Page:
The Value of an Experimental Mindset
By Julie Springer
April 14, 2022
Have you ever been in the position where you are told, “This has to work. We have made promises to (insert powerful stakeholder here) and we have to make it happen.”? You have doubts that it’s the right solution or that it’s possible in the given timeframe, but the pressure is on so you start working to get it done.
I’ve been there and I know it’s stressful to deliver your project under so much pressure and very frustrating when your concerns are not heard.
The Myth of Certainty
When you are in a high-pressure situation, certainty feels very important. You want to know that you can get the job done and meet the goal. The problem is that this can create or harden a “Do-or-Die” Mindset and culture, where mistakes are not tolerated and team members do not feel safe to raise concerns or deviate from the plan.
Most of us work in highly uncertain environments. There are many unknowns and things are always changing. We don’t have control over politics, the market or economy, changes in technology, what our stakeholders will do or the choices our customers will make.
There is no way to be 100% certain that your project will succeed. That’s why developing an Experimental Mindset in your organization is so important. With an Experimental Mindset, your approach to understanding and solving problems is valued over your ability to chart the course and stick with the plan. Your chances of success increase greatly as you validate your assumptions, test your ideas and make adjustments based on data.
7 Steps to Apply an Experimental Mindset on Your Project
Here’s how you approach the work when applying an Experimental Mindset:
- Gather data to understand the problem, context and customer needs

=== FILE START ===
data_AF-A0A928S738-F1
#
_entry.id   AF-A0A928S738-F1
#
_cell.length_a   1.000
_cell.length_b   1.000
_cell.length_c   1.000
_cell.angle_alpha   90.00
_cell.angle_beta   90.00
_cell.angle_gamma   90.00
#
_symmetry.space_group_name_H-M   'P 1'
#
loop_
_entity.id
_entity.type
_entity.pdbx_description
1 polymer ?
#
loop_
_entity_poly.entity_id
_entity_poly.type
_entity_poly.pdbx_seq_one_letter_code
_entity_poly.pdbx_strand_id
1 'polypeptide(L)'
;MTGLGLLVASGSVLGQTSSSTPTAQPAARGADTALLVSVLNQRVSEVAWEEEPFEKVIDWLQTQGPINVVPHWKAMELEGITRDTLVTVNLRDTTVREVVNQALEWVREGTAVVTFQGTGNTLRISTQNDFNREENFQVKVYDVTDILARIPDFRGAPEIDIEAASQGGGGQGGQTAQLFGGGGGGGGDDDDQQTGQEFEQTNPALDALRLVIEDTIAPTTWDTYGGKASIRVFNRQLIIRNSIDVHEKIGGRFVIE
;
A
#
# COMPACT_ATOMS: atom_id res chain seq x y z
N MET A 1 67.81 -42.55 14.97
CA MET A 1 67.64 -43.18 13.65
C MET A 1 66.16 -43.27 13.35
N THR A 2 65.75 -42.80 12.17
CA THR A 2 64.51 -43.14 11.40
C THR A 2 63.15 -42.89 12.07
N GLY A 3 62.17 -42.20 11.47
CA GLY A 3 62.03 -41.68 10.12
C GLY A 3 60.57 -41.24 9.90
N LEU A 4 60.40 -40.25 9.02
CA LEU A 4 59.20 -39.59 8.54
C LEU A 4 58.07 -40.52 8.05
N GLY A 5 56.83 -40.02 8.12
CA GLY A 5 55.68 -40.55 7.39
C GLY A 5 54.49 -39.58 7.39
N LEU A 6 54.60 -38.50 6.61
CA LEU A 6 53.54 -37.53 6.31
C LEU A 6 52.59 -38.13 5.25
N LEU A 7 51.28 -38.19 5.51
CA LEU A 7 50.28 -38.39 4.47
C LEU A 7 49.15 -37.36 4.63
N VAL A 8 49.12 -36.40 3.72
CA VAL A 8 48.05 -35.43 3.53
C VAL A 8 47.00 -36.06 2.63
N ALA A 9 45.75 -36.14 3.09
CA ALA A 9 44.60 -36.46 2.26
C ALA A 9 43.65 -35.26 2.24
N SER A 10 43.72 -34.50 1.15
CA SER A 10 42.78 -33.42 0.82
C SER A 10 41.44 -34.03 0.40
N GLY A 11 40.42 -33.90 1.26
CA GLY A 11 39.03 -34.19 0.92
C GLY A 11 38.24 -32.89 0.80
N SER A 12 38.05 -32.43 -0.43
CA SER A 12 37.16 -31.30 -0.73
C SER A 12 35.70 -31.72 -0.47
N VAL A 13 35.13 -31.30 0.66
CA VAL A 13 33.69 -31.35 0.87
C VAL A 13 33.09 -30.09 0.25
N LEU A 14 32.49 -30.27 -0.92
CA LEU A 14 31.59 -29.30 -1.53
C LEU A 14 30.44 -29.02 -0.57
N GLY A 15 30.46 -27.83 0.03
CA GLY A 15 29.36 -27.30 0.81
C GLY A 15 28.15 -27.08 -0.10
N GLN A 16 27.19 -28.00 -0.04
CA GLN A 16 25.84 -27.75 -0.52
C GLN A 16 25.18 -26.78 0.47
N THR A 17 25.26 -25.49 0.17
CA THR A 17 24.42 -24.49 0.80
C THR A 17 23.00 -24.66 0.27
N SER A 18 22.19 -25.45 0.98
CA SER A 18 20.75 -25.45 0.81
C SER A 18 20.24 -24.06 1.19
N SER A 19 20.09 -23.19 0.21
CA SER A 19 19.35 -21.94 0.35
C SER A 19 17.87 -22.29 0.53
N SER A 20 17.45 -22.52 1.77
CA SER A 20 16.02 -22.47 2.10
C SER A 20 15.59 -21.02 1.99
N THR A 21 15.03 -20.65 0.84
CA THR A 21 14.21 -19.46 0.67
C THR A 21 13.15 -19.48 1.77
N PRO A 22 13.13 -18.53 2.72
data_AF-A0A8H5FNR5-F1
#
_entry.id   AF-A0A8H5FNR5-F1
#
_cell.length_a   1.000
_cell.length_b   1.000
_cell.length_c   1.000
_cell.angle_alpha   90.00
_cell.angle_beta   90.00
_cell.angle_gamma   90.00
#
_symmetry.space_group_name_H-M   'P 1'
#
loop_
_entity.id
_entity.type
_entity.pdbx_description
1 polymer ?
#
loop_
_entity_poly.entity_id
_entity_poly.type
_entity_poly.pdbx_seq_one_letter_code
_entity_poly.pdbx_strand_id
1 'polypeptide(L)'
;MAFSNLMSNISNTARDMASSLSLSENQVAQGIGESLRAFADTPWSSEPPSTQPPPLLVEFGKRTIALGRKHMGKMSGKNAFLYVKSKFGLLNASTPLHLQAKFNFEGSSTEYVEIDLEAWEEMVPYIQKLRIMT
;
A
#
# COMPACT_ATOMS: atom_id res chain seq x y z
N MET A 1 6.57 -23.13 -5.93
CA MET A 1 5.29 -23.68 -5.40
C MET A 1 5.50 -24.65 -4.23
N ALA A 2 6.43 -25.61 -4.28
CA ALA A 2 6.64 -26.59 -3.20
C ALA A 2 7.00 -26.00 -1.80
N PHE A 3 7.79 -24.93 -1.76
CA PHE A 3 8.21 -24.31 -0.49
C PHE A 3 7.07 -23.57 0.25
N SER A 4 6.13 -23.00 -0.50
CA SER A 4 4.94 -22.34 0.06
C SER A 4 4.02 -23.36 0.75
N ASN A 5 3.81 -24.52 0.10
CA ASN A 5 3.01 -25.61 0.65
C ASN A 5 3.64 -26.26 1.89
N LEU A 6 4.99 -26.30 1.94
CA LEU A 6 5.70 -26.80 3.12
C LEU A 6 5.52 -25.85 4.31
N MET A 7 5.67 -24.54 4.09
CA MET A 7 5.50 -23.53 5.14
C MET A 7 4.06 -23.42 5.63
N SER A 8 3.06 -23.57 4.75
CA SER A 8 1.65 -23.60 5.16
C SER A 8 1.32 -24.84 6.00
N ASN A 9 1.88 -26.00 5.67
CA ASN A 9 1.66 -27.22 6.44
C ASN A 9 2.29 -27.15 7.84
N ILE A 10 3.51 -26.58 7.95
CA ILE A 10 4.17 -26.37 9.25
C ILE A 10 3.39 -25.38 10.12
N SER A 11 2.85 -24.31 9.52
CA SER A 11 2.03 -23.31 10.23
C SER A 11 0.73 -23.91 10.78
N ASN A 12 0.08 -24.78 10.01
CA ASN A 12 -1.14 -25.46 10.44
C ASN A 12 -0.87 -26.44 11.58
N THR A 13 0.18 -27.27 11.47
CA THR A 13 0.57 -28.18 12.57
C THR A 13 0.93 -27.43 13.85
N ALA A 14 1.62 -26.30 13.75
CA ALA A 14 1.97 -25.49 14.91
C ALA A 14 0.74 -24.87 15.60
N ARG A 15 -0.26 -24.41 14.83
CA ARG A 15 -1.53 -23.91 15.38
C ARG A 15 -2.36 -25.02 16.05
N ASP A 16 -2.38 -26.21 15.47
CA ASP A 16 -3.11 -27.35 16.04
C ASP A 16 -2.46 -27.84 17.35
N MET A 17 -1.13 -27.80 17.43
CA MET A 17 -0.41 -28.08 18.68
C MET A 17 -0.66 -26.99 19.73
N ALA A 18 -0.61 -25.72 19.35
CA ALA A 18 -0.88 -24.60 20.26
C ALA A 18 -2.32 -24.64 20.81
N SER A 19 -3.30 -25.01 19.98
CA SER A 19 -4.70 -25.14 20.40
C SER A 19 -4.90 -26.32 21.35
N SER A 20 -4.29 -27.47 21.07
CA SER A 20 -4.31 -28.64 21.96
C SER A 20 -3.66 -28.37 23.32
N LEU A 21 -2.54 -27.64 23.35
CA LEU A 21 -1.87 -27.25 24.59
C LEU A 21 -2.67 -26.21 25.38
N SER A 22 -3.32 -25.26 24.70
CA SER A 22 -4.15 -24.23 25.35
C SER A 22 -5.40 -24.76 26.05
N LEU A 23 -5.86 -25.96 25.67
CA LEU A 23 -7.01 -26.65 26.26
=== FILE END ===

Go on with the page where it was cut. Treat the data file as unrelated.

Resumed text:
- Identify the goal and define measurable outcomes
- Brainstorm and analyze solution options
- Choose a solution that you believe will best achieve the outcome
- Break the larger solution into smaller pieces to test and deliver value along the way
- Run a series of experiments to learn, gather data and validate the solution
- Make adjustments based on what you learn
The value of the Experimental Mindset goes beyond improving results for your projects and initiatives, it creates a healthy work environment and happier teams. When learning is valued over being right, people know that it is ok to share their ideas and raise concerns. Teams have increased psychological safety, take ownership and hold themselves accountable to results.
Changing the Culture to Embrace Learning
The challenge is that some organizations - especially in traditional and risk-averse industries - have a culture where teams are not comfortable with defining the work as experiments. As a coach, I hear things like:
- The word experiment is not going to fly in this environment
- We’ve been told exactly what to do and now we just have to deliver
- We can’t try things because there is no room for error
In this case, it is especially important for leaders to understand what it means to take an Experimental Mindset and start to create a language and culture around learning. If they don’t, then people won’t feel safe to share risks or change the plan, even if they can see it is going off-track. This leads to blame and finger-pointing, decreased transparency and an incentive to hide mistakes and problems.
How to Get Started
For an organization that has been running with the Do-or-Die Mindset for years, it takes time and persistence to make the change. A good way to get started is to change the words you are using. This change needs to start with leadership. For example, leaders can say:
- “Here is the problem that we need to solve” instead of “This is what we need to do”
- “What options are you considering?” instead of “What solution did you pick?”
- “What is your hypothesis?” instead of “How do you know that is going to work?”
- “What can we learn from this?” instead of “How did this go wrong?”
Changing the language is a good start, but actions speak much louder than words. Leaders must provide time and space for teams to understand the problem and consider options. They must be supportive of teams delivering a portion of the solution to validate results along the way. When teams try something and it doesn’t work, leaders must address it as a learning moment and avoid assigning blame. This will start to create trust and an environment where an Experimental Mindset is possible and you can get much better results from your projects.
Our experienced coaches can help you develop a strategy and apply proven techniques to create an Experimental Mindset in your organization. Click here to set up a free call to get started.